It is entirely possible Saunders comes alive against the world’s best, but it would have been nice to have found out before 2021. Similarly, it would have been nice if Saunders had landed a fight against Canelo on merit and with momentum rather than by simply setting down his latest WBO trinket between his legs and shooting the Mexican, this sucker for leather, a come-hither look.
In an ideal world, Saunders would, when on the cusp of fighting Alvarez, be a bit more active, have been beating better opposition, and still be a middleweight. Yet, as it stands, Saunders will show up on Saturday as a ‘world super-middleweight champion’ in name only. He is not so much defending a belt as delivering one and, with no noteworthy wins at 168, carries none of the energy one would expect from a world champion set to face a fellow world champion in a so-called unification fight.
Again, that’s not meant as a knock on Saunders’ mindset or ability, both of which are proven. It is merely a consequence of Canelo being big business, and a testament to how Canelo goes about his business relative to how Saunders goes about his. One is all business; the other temporarily out of business.
That said, it could be argued that the very thing that makes Billy Joe Saunders such a liability is also the thing that makes him a threat, especially in this fight. His lack of discipline, so harmful to his reputation away from the ring, comes with an ignorance and unpredictability Canelo Alvarez won’t have seen too often and there is perhaps danger in that. Saunders is carefree and unusually – maybe unrealistically – confident, which, in turn, can lead to a brand of composure few are fortunate enough to possess. As well as this, Saunders is rebellious, a law unto himself, and is unlikely to yield to Canelo’s wishes and accept when he is out of his depth. Such belief, for better or worse, makes Saunders both a danger to himself and others.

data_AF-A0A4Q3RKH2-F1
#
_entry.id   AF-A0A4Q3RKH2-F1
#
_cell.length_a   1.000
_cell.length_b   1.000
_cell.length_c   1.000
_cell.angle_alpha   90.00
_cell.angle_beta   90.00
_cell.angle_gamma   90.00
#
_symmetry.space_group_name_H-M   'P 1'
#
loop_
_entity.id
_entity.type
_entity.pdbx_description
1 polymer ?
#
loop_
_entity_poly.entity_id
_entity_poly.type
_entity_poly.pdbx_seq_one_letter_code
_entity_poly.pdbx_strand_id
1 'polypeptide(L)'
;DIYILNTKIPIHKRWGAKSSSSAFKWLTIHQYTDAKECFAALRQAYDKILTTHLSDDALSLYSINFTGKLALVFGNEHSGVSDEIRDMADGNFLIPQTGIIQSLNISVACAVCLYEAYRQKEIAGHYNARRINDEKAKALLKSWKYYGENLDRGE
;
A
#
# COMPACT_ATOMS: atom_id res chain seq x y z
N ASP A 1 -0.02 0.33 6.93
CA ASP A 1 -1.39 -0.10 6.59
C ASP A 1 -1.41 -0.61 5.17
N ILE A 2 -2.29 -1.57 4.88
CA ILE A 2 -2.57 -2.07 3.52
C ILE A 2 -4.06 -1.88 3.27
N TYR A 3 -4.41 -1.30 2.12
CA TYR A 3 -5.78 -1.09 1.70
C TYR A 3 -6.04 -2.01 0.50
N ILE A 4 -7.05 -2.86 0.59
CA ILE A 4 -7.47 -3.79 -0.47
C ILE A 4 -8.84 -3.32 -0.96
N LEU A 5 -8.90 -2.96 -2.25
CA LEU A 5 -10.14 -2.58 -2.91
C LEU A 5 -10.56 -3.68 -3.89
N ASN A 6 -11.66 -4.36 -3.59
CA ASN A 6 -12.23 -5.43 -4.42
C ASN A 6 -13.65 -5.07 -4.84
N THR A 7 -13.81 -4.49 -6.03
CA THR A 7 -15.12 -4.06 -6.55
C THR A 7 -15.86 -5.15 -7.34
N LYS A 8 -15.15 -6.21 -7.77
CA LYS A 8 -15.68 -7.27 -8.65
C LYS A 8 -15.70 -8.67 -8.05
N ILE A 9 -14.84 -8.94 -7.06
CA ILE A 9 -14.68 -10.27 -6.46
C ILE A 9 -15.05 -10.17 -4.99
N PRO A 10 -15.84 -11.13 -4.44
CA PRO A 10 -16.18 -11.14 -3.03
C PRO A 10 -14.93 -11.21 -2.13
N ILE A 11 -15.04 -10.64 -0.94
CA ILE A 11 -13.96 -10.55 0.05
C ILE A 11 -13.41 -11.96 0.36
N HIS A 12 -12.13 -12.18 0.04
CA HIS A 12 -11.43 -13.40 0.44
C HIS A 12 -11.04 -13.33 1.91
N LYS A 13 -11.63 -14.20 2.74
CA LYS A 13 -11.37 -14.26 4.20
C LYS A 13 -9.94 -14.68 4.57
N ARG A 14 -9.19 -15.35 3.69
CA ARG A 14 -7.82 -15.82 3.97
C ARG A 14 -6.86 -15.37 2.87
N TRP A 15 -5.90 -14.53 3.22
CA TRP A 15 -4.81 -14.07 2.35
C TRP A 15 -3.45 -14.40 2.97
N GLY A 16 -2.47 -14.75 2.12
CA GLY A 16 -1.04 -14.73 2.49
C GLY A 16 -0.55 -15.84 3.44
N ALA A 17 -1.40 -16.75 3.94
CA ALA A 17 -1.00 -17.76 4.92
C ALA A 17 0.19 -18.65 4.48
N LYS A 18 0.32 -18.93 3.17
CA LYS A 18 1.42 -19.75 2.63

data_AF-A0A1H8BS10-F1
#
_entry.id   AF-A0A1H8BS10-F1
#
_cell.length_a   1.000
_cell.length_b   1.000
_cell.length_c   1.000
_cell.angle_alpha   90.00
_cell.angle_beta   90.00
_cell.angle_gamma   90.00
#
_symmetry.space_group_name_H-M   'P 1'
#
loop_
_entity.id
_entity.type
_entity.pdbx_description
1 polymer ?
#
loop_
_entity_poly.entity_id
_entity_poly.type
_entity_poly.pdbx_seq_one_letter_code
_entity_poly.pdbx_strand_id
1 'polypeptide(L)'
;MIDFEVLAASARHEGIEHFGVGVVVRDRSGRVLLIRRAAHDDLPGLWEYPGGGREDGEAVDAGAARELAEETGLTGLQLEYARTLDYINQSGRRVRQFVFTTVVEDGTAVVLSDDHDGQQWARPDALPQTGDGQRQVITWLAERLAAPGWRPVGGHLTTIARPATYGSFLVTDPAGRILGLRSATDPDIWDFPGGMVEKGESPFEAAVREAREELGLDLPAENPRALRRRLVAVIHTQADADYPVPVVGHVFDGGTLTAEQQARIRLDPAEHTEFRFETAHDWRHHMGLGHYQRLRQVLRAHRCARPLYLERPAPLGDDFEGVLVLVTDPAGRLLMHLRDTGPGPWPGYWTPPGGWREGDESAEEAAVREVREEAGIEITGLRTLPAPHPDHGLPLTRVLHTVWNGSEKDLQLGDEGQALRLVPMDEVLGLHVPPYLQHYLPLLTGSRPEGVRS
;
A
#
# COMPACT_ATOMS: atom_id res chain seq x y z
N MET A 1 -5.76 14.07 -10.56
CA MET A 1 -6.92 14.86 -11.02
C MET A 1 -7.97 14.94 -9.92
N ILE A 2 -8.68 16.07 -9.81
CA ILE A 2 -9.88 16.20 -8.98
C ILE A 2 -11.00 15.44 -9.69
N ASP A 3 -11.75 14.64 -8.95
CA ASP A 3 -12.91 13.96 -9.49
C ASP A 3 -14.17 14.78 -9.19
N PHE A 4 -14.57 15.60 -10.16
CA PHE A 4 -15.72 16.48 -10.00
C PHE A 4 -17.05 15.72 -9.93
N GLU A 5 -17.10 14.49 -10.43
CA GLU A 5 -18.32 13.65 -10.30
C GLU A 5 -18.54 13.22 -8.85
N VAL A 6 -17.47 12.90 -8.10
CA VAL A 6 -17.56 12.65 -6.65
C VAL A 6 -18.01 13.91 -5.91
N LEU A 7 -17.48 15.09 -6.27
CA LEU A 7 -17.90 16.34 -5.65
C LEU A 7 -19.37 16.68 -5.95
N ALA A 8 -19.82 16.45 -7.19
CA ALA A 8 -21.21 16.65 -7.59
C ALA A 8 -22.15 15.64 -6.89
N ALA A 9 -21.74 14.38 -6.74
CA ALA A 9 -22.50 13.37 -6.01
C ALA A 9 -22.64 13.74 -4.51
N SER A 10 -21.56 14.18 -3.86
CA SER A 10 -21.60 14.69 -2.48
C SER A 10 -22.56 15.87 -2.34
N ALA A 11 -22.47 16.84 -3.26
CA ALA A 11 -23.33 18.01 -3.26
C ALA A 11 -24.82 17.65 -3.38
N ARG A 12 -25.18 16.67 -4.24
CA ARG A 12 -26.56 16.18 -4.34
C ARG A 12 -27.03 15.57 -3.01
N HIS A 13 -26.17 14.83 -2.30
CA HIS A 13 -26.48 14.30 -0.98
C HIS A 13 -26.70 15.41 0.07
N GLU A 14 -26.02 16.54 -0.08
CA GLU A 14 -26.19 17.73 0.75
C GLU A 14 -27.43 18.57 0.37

In other words, any perceived lack of form and momentum won’t matter a jot if Saunders can convince himself he is a better fighter than Alvarez and use this belief as fuel. Easier said than done, of course, and arguably an irrational thought, yet the beauty of Billy Joe Saunders is that he doesn’t think like a rational human being. He is instead cocksure and delusional in the best – and most threatening – way possible.
Whether that’s enough, no one can say, but there is definitely something about Saunders, this slacker who somehow still gets good grades, which intrigues, never more so than before a fight like this: a test. It’s apparently all he has ever needed and wanted, to be tested, and now it’s happening. Now it’s up to him. He has had ample time to revise, which is not to say he has used this time wisely, and has the smarts to be better and do better. He will also be aware that it is no longer cool to slack off, or pull pranks, or underachieve, and has hopefully learnt from his mistakes. If not, Canelo will be on hand to punish him.